I saw 11 movies in 2014. Here are 10 of them:
1. Captain America: Winter Soldier
This film is as good as a filmic version of a comic book’s take on shadow governments can get. It’s entertaining enough, if you’re still on board with comic book movies saturating the subculture-audience market. The ending culminates with a flying battleship collapsing in the middle of D.C., for which no one takes responsibility since everyone who would be responsible goes into hiding (also, I don’t know if destroying D.C. is some sort of Marvel-vs.-DC inside joke). I still don’t know what to make of that fucking ending.
Richard Linklater’s epic that covers segments of a young boy’s life over twelve years, from age 6 to 18, and sometimes Ethan Hawke shows up to take him bowling or something. I dunno; It’s a Linklater film with an unique concept, so you’ll either praise it as a masterpiece or deride it as some novelty. My main gripe is that the music selection is horrible, and if you don’t believe me, then please try to sit through the title sequence without groaning.
Reese Witherspoon’s character has lost her mother, so she spends a year-and-a-half mourning the loss by introducing herself to heroin, fucking a bunch of exploitative, Patrick-Batemen-looking strangers in alleys and hotel rooms, and insulting her accessible mental health professional for not having a chaise lounge like the therapists on TV. When she finds herself pregnant and decides to get an abortion, it is then when she decides to turn her life around by hiking northbound on the Pacific Crest Trail over three months. I guess it’s possible that we all are capable of dealing with grief in this or a similarly self-destructive and then later self-explorative way, but — I don’t know how to finish this thought without coming off as a judgmental asshole, so I’ll just leave it as a gorgeously shot and uplifting story, which I’m sure was the goal. If anything, I hope this movie’s messages about self-determination to get clean and its encouragement to enjoy nature are of interest to viewers.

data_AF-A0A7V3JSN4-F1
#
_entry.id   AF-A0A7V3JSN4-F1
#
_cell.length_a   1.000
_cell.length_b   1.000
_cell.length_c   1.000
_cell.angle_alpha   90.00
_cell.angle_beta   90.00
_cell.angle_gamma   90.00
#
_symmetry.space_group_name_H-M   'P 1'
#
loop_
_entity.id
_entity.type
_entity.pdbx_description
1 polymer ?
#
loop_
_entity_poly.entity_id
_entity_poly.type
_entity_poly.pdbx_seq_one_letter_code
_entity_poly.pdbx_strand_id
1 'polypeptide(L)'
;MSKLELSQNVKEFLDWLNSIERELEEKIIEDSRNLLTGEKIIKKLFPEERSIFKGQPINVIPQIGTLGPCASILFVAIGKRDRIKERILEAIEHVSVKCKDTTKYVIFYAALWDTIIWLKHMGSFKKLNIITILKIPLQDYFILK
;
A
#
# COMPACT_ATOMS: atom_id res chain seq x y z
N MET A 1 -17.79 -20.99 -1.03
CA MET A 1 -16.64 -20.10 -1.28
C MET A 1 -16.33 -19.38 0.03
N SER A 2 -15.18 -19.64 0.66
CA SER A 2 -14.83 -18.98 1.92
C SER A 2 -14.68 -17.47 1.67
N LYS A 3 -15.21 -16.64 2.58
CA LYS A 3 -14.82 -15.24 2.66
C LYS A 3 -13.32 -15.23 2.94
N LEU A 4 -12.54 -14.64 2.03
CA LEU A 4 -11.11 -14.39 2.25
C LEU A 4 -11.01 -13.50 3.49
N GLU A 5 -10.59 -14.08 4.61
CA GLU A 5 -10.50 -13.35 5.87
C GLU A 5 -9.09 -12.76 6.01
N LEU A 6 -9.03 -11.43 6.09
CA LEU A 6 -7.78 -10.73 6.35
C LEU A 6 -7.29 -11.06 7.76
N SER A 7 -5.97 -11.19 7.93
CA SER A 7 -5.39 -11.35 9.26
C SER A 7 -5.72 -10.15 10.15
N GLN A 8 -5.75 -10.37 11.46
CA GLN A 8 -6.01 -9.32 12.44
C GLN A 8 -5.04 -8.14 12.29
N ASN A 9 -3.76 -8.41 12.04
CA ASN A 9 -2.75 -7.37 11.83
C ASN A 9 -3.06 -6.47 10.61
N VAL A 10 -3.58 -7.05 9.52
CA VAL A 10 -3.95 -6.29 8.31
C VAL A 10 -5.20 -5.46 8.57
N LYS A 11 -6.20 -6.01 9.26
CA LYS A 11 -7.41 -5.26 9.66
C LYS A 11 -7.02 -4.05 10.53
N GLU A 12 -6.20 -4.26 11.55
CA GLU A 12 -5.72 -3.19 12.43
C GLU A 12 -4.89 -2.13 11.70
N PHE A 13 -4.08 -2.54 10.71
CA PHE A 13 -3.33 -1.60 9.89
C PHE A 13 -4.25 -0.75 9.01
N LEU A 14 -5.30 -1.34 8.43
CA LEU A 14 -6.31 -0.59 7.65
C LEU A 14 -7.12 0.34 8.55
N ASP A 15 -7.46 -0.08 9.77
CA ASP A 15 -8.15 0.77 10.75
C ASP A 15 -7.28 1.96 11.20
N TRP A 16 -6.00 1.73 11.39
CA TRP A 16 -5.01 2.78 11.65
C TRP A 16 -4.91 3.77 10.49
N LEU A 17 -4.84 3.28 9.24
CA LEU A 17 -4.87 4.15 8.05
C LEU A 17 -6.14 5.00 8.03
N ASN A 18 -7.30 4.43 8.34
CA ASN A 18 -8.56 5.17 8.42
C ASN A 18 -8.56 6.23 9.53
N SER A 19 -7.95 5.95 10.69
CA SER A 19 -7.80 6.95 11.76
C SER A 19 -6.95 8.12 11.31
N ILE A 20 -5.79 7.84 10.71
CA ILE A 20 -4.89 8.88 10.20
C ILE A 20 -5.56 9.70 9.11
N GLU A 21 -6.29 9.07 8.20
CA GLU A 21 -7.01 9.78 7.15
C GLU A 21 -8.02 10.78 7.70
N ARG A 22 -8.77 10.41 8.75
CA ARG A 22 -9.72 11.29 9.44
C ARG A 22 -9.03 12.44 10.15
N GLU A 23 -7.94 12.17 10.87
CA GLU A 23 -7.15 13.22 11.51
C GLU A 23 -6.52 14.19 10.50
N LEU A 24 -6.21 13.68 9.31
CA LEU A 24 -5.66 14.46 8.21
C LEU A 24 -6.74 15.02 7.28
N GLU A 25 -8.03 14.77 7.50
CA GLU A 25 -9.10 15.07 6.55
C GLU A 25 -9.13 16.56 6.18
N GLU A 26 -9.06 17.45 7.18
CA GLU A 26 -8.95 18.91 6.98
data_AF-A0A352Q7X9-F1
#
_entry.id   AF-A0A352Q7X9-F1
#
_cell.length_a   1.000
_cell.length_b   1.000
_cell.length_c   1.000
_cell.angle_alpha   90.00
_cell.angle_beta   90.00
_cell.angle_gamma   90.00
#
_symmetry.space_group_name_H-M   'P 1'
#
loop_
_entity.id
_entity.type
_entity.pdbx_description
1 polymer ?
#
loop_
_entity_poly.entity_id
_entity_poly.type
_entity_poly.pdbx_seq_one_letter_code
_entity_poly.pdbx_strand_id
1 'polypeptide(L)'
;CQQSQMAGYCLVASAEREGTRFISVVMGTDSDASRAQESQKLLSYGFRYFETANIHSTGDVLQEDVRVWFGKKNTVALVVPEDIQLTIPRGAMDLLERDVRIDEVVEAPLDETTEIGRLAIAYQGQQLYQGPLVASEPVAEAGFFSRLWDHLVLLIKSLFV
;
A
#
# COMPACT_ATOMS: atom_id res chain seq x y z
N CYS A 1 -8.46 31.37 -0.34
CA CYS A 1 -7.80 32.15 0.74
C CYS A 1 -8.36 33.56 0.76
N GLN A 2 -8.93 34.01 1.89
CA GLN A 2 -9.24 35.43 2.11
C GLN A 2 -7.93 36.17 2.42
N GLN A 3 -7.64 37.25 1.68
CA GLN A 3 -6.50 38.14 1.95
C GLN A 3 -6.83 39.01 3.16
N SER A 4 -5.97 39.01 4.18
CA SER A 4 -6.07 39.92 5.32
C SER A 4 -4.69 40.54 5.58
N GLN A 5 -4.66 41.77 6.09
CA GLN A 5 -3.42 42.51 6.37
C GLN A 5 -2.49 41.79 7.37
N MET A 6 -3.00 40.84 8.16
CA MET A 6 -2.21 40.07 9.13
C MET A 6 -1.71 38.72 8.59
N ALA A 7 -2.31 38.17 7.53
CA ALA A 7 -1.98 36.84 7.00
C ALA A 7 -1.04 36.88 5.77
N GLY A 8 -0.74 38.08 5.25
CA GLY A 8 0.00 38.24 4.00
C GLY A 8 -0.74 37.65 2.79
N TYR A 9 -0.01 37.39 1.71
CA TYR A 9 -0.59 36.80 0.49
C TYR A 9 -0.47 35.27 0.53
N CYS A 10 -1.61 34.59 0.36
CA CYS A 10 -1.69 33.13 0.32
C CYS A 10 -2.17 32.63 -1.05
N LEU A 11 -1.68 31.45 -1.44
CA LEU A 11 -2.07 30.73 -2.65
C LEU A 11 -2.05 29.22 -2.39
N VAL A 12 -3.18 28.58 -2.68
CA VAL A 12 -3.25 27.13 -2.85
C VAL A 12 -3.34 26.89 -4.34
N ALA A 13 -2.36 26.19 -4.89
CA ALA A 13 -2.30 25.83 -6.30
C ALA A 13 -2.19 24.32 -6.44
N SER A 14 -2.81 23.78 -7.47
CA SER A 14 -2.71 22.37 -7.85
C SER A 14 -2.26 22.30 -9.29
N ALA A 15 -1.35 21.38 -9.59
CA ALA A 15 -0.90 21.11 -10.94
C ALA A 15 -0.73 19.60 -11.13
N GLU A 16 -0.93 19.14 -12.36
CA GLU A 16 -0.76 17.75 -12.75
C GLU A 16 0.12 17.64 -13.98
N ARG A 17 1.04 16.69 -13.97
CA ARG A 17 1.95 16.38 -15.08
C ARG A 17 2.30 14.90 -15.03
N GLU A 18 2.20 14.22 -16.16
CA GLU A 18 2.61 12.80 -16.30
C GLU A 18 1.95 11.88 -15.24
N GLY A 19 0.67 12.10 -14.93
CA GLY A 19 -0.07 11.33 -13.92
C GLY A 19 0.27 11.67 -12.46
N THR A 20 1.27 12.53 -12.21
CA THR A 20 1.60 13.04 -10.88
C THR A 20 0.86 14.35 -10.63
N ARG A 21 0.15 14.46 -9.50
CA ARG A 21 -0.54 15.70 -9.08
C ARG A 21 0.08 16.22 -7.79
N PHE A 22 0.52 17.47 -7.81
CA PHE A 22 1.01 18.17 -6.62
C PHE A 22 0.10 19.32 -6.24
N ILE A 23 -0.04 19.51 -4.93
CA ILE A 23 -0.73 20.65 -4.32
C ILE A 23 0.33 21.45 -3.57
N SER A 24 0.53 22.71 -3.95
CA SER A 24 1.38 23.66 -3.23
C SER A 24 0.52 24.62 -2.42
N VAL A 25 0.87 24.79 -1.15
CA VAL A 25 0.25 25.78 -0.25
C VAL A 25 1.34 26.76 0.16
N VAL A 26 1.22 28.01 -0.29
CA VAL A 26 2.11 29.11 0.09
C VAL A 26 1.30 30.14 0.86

4. Lego Movie
“It’s a movie-length commercial for Legos” is how every dullard dismissed this bright and refreshing film. Lego Movie is pop art at it’s finest: it is self-aware while glowing. It makes jokes at the fact that the entire design of this feature length movie is about a goddamn toy line, and yes, after the story is told and the messages about creativity, individuality, and cooperation are delivered, you indeed have paid for and watched an hour-and-a-half of product placement, you fucking ninny, so pat yourself on the back for knowing a feature length advertisement when you see it, but shame on you if that’s all you got from this gorgeously animated gem.
5. Grand Budapest Hotel
It’s a Wes Anderson movie, so expect doll-house loads of whimsy. The film utilizes a couple of Anderson’s growing tool box of tricks, from setting the story in a fictional place and time that is somehow familiar to our universe to mixing new wave cinema sensibilities with unexpected uses of animation as well as cartoonish characters. Basically, this film feels like a children’s book at times, and if you don’t believe me, then check out at Adrian Brodie’s character’s fucking eccentric look and provide a better explanation of what they modeled it after. This director also did a heartfelt film adaptation of The Fantastic Mr. Fox, for fuck’s sake, so it’s not like you should expect The Bourne Identity.
6. Only Lovers Left Alive